By Gale Courey Toensing
Robert Warrior, an Osage Nation citizen and Director of American Indian Studies at the University of Illinois at Urbana-Champaign, where he is professor of American Indian Studies, English, and History, signed an April 3 letter to Navajo Nation President Ben Shelly on behalf of a group of American Indian, Native Hawaiian, and other indigenous scholars, taking Shelly to task for his recent trip to Israel.
“As indigenous educators, we find your support for the state of Israel to be in complete contradiction to our values and sense of justice. Israel has illegally occupied Palestine for decades,” the group wrote. “Your public and political engagement with [Israeli] Prime Minister Benjamin Netanyahu and other Israeli officials sends a message that you endorse the continued occupation of the West Bank, including construction of new Jewish settlements there, as well as the ongoing settler colonial situation for Palestinians residing within the 1948 boundaries asserted by the Israeli state, and exclusion of Palestinian refugees from reclaiming their homes and homeland after being violently expelled during the nakba (catastrophe) when Israel was founded.”
Shelley met with Netanyahu and other officials at the Knesset [parliament] including the Deputy Minister of Development. “I want to work with your people. I know that Israel is self-sufficient, what we need is your expertise, what can we share,” Shelly said in a Navajo Nation press release December 12, 2012. “What I read of you—you were no different than we are. How did you survive while moving forward in technology, greenhouses—I am interested in that and becoming partners.”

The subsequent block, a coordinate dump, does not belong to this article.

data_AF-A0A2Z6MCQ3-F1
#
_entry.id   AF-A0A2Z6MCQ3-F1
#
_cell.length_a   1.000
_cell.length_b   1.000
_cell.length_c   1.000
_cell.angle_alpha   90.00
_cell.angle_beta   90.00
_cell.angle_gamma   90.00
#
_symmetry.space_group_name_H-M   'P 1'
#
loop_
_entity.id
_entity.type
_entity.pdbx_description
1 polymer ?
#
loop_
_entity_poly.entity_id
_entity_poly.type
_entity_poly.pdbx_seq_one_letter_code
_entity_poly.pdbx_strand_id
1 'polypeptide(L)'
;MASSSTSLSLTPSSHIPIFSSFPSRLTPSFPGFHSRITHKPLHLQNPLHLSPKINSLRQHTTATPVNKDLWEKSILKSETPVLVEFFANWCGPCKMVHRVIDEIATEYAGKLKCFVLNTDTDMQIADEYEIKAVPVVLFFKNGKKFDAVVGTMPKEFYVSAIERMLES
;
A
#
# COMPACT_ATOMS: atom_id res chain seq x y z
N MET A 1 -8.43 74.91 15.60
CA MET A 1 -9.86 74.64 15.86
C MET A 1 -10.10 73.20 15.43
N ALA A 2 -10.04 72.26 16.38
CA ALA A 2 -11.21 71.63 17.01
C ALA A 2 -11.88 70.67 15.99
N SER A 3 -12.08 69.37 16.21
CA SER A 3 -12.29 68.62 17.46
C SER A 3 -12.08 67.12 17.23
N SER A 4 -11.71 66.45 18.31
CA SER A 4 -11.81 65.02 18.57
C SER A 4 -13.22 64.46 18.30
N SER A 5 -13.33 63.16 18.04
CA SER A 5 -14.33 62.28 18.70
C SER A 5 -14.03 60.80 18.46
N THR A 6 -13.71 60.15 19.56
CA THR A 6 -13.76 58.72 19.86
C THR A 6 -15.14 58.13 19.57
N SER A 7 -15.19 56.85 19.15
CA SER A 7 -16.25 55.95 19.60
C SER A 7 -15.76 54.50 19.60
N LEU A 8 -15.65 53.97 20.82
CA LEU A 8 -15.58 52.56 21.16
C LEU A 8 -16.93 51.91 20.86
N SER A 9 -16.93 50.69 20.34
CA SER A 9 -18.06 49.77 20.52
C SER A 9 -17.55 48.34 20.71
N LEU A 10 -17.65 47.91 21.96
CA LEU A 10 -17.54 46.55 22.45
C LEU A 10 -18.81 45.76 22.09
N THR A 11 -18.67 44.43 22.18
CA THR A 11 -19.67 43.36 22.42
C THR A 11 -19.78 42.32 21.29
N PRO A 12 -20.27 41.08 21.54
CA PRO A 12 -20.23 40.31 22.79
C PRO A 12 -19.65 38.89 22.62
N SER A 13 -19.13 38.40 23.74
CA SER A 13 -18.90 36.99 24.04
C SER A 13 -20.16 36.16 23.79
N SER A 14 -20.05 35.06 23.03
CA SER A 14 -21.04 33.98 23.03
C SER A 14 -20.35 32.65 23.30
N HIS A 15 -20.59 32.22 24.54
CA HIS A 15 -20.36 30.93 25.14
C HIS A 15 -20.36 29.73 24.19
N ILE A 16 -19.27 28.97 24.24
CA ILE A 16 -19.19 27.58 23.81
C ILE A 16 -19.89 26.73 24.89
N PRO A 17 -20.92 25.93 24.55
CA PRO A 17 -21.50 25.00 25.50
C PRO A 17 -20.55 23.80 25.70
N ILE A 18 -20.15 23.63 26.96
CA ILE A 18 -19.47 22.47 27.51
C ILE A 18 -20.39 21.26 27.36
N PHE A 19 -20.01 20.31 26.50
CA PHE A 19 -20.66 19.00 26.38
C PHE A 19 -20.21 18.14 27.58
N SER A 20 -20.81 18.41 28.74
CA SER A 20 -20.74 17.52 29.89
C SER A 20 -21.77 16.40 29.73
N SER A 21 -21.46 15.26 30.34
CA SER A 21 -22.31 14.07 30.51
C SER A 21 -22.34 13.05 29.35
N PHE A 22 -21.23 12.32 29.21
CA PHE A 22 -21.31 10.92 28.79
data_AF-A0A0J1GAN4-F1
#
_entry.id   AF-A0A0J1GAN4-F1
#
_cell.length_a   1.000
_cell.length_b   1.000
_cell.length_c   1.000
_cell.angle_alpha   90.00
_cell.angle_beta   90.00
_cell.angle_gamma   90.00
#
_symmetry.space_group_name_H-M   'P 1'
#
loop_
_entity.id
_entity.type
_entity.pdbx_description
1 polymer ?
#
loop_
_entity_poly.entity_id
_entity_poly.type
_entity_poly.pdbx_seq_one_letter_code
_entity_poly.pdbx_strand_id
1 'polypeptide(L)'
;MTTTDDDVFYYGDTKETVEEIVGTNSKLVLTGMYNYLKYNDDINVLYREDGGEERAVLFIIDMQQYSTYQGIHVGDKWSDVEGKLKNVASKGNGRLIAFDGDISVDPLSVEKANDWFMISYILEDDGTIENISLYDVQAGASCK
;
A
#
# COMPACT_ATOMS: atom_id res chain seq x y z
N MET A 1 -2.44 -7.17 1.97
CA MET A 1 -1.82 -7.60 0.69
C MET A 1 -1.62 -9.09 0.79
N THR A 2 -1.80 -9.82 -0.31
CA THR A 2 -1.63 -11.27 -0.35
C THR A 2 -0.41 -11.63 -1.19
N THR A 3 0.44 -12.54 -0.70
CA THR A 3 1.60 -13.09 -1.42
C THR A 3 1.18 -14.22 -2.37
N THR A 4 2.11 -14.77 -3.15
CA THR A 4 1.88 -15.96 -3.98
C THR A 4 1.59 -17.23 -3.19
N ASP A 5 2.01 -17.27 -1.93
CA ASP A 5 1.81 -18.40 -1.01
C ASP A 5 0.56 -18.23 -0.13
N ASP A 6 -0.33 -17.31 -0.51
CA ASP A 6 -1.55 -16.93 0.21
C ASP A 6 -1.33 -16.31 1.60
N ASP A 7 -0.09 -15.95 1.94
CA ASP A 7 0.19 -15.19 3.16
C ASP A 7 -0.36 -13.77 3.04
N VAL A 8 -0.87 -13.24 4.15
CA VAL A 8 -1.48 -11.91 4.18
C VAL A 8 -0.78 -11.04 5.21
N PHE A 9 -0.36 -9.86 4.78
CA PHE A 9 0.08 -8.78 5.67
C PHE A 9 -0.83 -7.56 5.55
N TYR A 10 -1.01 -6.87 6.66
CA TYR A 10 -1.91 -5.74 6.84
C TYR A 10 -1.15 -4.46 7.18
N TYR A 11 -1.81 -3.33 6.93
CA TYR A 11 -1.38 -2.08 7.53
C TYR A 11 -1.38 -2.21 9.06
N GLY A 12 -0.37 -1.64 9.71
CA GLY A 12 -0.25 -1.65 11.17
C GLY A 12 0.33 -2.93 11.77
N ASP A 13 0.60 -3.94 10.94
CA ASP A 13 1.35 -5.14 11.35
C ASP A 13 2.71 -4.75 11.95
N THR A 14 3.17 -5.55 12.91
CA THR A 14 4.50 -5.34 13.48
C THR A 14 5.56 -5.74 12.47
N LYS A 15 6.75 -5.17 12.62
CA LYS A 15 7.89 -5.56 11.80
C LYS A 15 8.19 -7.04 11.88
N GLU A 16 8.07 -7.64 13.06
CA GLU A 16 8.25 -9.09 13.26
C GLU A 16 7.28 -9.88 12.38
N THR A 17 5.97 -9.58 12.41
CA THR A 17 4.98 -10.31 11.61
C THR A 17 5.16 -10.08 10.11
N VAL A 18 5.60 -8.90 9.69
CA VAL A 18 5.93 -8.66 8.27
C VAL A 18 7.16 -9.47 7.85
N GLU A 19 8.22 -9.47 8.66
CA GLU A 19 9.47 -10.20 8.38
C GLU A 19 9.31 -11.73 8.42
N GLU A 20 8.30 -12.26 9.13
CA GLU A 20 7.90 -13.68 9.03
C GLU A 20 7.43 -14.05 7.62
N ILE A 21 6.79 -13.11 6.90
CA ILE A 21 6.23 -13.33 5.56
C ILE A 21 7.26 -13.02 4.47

On February 1, 2013, Shelly met with Israeli diplomats and members of the Arizona Israel Business Council in Arizona to follow up on his December visit to Israel and in March Israeli farmers visited Navajo Nation to speak to Navajo farmers at a two-day conference.
The scholars refuted Shelly’s statement that the Israelis “were no different than we are,” asserting instead that the Indigenous Peoples’ experience parallels what has happened to the occupied Palestinians. The Diné people, like the other Indigenous Peoples represented by the scholars have suffered through the process of settlement, colonization, or militarization of their homelands, the group wrote. “Thanks to the wisdom of our ancestors, we have persisted. But our prospects as peoples will never be as full or complete as they might have been had those who colonized us been just and honest in their dealings with us. A similar process has unfolded for Palestinian people over the past half-century. Indeed, Israel demolition of the homes of Palestinian families is not all that different than the Long Walk your people endured in 1864. Your collusion with the Israeli government is a betrayal of that shared history and of the wisdom that has helped all Indigenous Peoples survive for centuries,” the scholars wrote.